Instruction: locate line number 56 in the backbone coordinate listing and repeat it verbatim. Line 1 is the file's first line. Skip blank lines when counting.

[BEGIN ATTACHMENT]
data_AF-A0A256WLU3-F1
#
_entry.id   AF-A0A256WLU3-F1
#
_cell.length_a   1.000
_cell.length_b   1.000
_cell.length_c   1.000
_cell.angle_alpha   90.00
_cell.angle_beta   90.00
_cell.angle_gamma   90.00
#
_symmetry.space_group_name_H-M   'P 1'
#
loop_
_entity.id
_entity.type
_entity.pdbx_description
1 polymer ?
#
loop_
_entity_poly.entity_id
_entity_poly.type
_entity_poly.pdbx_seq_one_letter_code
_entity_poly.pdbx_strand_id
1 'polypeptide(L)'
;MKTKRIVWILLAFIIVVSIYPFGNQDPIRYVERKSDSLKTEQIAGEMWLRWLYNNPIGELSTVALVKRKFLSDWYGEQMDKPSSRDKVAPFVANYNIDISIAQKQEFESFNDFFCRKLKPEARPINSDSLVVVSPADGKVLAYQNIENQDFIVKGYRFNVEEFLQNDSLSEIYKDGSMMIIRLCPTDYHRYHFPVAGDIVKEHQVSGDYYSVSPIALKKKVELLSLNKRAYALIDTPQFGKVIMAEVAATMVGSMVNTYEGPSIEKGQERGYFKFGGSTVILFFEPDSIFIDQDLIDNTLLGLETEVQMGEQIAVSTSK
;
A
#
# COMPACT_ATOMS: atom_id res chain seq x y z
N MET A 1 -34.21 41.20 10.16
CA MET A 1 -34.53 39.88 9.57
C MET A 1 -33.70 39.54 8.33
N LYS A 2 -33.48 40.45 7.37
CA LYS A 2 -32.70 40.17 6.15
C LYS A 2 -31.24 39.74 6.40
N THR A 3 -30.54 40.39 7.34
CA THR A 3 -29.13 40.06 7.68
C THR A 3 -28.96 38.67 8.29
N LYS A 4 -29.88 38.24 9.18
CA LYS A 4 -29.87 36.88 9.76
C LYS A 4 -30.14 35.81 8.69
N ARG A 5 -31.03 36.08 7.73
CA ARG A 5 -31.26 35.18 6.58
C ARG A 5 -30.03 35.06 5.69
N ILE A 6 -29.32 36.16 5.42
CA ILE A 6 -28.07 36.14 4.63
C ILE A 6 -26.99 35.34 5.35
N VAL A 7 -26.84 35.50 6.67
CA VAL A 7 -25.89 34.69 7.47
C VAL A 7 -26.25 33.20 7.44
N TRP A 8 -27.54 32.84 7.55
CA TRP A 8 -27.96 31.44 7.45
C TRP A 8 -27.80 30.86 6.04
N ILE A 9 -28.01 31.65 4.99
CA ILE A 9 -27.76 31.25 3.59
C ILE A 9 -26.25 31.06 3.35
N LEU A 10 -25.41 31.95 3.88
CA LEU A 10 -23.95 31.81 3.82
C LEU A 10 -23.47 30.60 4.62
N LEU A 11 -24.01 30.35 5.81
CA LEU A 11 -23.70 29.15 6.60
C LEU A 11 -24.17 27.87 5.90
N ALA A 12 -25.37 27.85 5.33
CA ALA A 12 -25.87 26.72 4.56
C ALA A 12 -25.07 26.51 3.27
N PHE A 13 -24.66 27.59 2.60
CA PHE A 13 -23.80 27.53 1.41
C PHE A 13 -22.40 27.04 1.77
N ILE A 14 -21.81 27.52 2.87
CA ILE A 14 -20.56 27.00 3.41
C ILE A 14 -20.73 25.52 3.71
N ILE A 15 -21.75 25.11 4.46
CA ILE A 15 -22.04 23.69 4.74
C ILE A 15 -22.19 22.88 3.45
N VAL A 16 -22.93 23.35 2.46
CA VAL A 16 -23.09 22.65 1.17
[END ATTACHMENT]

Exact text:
CA ILE A 9 -27.76 31.25 3.59